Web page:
When I wrote the other day on “Praying for a President You [Don’t] Like” I got as much feedback as I have gotten on about anything I’ve written, except when I’m talking about food with Youngstowners!
There were quite a number, perhaps a majority who felt this gave words to what they struggled to find words for. Some even wanted to reprint the post. I’m glad that my own process of giving voice to things I have deeply felt helped others.
Here is one comment that has had me thinking:
“I want to be at a place where I can pray for this President. I’m not there yet. I started to read Bob’s prayer and had to stop.”
There were others who had similar thoughts. I know many women, ethnic minorities, LGBTQ persons, immigrants, (or Democrats!), and many others who are troubled by statements, things promised, or ideas put forth and how they were said in this campaign.
I’m grateful for that honesty. I thought this comment itself a great and honest prayer. To say, “God, I want to be at a place where I can pray for this President. I’m not there yet” seems to me to be enough and more than enough. A wise person said to me, “pray as you can, and not as you can’t.”
This brings me to a concern of whether it is right to pray for someone who commenters described as “evil”, “self-serving”, “narcissistic” and so forth. I sense some think that these qualities are irreversible. I find myself more reserved in such judgments, perhaps because I don’t have to look hard to find instances of these qualities in my own life. Even if there is a quantitative difference between me and another and a seemingly irredeemable character to the person, I think of Hebrews 10:31 that says, “It is a fearful thing to fall into the hands of the living God.” The verse refers to those who hold the knowledge of the truth in contempt. I would not want any human being to face this, and if I think this a possibility for a person, I pray that God would extend mercy and transformation to spare them this “fearful thing.”
I do find myself pleading for this man (and any president) because both his and the nation’s destiny are at stake. I think of Luke 12:48 which says, “Everyone to whom much was given, of him much will be required, and from him to whom they entrusted much, they will demand the more.” I believe every leader will give account not only to their people, and in the case of presidents to the bar of history, but also to God. The apostle Paul, who calls upon us to pray for leaders said this during the reign of Emperor Nero, who wrought terrible havoc and even turned Christians into human torches to light Rome. Perhaps what helped Paul pray for even despicable leaders was the prayer of another martyr, Stephen, for those who stoned him while Paul (Saul) looked on. Stephen prayed, “Lord, do not hold this sin against them.”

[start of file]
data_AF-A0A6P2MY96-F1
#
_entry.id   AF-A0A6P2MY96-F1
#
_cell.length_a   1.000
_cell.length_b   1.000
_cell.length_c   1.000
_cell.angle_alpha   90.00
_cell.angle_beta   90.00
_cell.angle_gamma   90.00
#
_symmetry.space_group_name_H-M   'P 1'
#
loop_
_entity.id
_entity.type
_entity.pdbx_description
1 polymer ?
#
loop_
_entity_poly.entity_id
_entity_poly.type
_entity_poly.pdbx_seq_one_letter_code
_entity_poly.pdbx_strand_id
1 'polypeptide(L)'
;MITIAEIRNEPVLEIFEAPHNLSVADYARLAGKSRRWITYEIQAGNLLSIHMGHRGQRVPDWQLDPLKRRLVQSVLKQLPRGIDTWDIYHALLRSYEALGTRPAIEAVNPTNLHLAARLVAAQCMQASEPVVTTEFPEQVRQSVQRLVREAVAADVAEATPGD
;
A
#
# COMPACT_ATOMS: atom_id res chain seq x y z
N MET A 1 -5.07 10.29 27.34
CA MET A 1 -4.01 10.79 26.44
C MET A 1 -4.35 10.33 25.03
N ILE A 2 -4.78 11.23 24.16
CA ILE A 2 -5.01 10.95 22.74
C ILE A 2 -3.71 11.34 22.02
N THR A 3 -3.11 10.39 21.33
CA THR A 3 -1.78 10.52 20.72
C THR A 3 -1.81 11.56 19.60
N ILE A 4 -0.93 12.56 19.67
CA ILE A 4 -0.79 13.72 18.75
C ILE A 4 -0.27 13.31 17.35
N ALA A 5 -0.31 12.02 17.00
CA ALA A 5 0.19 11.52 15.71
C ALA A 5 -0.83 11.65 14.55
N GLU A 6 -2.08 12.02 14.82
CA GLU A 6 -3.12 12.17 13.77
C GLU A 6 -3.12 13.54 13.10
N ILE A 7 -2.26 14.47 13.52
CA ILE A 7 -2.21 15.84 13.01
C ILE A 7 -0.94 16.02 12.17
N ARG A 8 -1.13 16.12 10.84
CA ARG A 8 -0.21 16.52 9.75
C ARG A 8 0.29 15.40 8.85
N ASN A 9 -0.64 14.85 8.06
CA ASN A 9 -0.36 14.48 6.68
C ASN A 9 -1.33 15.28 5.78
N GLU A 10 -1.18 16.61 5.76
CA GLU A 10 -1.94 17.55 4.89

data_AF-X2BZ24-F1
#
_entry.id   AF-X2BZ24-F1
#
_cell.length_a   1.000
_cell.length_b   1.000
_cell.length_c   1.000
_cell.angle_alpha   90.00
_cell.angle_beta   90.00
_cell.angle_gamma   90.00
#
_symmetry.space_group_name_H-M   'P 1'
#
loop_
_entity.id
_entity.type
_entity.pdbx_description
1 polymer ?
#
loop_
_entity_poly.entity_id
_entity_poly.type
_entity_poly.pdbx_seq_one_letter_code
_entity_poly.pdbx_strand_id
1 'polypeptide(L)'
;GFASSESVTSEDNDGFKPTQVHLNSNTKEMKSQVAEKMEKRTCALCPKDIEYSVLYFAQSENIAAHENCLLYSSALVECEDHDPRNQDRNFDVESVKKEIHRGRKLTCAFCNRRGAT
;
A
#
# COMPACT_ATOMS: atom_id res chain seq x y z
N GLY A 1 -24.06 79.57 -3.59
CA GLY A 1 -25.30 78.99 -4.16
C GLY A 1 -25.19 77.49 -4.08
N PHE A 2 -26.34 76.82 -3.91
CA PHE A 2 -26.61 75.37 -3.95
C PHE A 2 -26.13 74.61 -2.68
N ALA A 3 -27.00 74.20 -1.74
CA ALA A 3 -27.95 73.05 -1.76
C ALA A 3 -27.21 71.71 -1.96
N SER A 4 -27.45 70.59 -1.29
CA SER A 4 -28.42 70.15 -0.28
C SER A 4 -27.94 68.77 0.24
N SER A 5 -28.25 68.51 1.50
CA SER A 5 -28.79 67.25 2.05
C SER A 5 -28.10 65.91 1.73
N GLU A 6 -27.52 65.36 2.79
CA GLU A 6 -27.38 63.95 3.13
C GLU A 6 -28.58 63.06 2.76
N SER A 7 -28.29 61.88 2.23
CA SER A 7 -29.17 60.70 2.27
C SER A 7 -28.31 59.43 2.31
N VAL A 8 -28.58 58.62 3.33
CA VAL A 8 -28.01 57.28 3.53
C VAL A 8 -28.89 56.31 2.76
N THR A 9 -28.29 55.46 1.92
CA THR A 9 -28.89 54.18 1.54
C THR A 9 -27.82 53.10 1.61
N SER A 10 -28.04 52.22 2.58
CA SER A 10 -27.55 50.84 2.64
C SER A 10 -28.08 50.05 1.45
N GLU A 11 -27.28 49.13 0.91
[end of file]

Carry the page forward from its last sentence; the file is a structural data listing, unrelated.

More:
Some seemed to wonder if praying for a leader is tantamount to blessing, condoning, and submitting to what they do, particularly if it is evil or unjust. I have sometimes prayed that God would limit and thwart the evil particularly corrupt leaders have perpetrated. More than that, Christians have always believed that if the choice is obeying human authority or God, God wins hands down. Not only have Christians refused emperor worship, but they have sheltered fugitive slaves and disobeyed fugitive slave laws (in the US), they have sheltered Jews or others who are objects of genocide, often at the risk of their own lives, they have refused to participate in unjust wars, and more. They have marched, sat down, and boycotted. I can pray for liberty and justice, and my commitment to these inalienable rights may also require me to obey a higher law when human laws command idolatry or violate the rights to life and liberty of others.
I don’t know anyone but a fool or fanatic or lawless person who welcomes the chance to engage in civil disobedience. All the more reason, it seems to me to pray. Paul urges such prayer for leaders “that we may lead a peaceful and quiet life.” We may not always be granted it, but it is never wrong to seek God’s shalom.
I’ll conclude with a friend’s comment that summed up well for me why we pray even for the leaders we don’t like:
“A true show of our character as people of faith is whether or not we can truly love our enemies, and one way of doing that is praying for them, regardless of how distasteful we find them to be. God is not incapable of changing and softening any of our hearts, including those of our leaders. Praying for the leaders that you despise requires the grace and maturity to put aside anger and hurt to appeal to God on their behalf (and the behalf of your nation, state, city, etc.).”